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Tuesday, May 27, 2008

The Wealth of the Poor: How Ecosystem Services Benefit the Base of the Pyramid

By Derek Newberry

BennettGuest blogger Karen Bennett is a Research Program Coordinator at the World Resources Institute. Her current work focuses on mainstreaming an ecosystem services approach to assure ecosystems' capacity to provide humans with needed goods and services. She also provides support to projects in the People and Ecosystems Program.

By Karen BennettWhen you drink a glass of fresh water, do you think about how it may have been cleaned by a watershed upstream? When you eat fresh fruit or grains, do you think about the thousands of species - like bats, bees, birds, and butterflies - that pollinated your food? If you do, you're a minority. Most of us don't think about - or don't even realize - the vast array of services nature provides us every day. We call this myriad of nature's benefits on which we fundamentally depend ecosystem services.

Ecosystem services range from the obvious - crops, fish, fresh water - to those that are harder to see - erosion regulation, carbon sequestration, and pest control. While people everywhere depend on nature, those in rural areas, and particularly the rural poor, are most directly dependent. Products from forests, oceans, and fields are an important source of rural income, and these goods are a safety net when other employment fails. Over a billion people depend on nature for employment - in other words, nearly half of all jobs worldwide come from the environment. Ecosystems, whether healthy or degraded, represent the wealth of the poor.

Unfortunately, the majority of the Earth's ecosystems aren't in peak form. The Millennium Ecosystem Assessment, an international report written by over a thousand experts released in 2005, found that over 60 percent of ecosystem services are in worse shape than they were 50 years ago. Where benefits have been seen, they're unevenly distributed and the poor have borne a heavy cost.

The destruction of nature has been fueled by numerous institutional and governance failures. One notable cause is market failures. Ecosystem services are rarely accounted for. If they are, it happens because those services - like timber, biofuels, and livestock - have a value in the market place. This is rare, though. Except for these few exceptions, economic markets provide incentives to producers to degrade ecosystems, rather than encourage ecosystem stewardship. As a result, in most cases people are unable to manage ecosystems in ways that sustain their capacity to provide services.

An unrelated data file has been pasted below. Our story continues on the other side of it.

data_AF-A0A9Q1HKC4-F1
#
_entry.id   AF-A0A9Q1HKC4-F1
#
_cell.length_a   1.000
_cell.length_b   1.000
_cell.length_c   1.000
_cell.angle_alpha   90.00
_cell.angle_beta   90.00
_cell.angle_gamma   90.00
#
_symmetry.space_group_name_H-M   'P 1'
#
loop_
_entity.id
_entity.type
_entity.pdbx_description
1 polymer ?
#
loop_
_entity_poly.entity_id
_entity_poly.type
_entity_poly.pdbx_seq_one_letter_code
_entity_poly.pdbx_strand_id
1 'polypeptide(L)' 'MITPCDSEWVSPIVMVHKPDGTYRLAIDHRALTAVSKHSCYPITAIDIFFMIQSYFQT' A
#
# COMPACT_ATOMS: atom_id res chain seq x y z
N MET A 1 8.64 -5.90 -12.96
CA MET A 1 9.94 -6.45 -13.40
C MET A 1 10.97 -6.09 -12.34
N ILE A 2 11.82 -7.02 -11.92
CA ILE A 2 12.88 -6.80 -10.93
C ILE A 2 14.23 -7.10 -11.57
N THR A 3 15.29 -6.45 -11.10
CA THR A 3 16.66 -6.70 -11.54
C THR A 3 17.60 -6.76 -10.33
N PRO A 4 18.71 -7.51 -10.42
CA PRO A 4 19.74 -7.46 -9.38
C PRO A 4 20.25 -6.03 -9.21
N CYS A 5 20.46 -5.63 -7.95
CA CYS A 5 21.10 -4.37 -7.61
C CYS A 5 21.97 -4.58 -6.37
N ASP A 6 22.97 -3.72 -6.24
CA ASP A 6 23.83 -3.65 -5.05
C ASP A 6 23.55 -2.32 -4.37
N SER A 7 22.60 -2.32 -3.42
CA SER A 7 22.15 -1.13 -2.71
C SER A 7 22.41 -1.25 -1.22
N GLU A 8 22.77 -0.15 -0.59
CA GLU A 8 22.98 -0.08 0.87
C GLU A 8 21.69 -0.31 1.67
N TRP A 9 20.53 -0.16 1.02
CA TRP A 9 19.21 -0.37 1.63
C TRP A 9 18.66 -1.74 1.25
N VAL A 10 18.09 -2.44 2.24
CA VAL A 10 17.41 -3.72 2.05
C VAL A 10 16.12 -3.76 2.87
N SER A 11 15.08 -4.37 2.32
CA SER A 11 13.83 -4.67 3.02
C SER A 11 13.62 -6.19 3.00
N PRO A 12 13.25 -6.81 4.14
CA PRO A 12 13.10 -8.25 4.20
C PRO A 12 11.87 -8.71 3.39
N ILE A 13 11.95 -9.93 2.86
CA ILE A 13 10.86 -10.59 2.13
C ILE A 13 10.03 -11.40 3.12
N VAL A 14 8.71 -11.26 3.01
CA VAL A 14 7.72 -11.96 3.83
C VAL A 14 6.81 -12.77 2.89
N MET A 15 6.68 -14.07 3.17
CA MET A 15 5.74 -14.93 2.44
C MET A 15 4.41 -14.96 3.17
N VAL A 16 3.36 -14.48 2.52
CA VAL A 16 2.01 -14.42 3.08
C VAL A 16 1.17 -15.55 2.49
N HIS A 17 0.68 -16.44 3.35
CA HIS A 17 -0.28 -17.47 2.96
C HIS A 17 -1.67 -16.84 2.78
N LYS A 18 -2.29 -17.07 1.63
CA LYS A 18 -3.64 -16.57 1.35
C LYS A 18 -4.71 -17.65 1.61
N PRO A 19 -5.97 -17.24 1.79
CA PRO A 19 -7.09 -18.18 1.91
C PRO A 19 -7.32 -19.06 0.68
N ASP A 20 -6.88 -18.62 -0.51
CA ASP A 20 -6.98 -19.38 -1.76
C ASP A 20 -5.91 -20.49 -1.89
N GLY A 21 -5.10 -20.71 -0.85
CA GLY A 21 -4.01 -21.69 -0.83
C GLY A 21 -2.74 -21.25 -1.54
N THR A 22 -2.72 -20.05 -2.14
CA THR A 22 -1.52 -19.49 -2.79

family in field
This needs to change. In the not too distant future, one can envision a revolution in the way land is managed, from farming for a single service that currently has market value to capturing the value of multiple services. A landowner in Indonesia may sell timber from his forest, but also credits for ecotourism, carbon sequestration, biodiversity, watershed protection, and flood protection. This broad vision is still only that - a vision. But there are governments and businesses that are starting to recognize the latent value of many ecosystem services, and these actors are willing to pay for the protection of those services.

This marks a new business opportunity, and many in the BoP are well-placed to capitalize on it. BoP markets are often rural. Some, like those in India and Indonesia, are in effect completely rural. Imagine the power if the BoP were able to market ecosystem services - those benefits people around the world are taking advantage of, but in most cases, not paying for. Imagine if the BoP were able to leverage real financial incentives to keep trees in the ground, to maintain a mangrove forest, to conserve water - thereby protecting the services all these natural systems provide. The poor, who have in large part been slighted by global economic growth and left to bear the burden of environmental degradation, would be able to receive money for the services they are maintaining by acting as stewards of nature.

Clearly, not all of the issues surrounding ecosystem degradation can be solved using a market approach. Developed countries must take steps to address unsustainable consumption patterns. Governments must end perverse subsidies that encourage overuse of resources and land degradation. Businesses must be held accountable for losses created by their environmental impacts. There are governance issues in many places that must be resolved before local populations can leverage nature's wealth.

But still, who better to understand and leverage nature's wealth than those living closest to it? As it turns out, business models are starting to pop up around the globe. In subsequent posts, I'll introduce you to some of them and start to outline why they're working.
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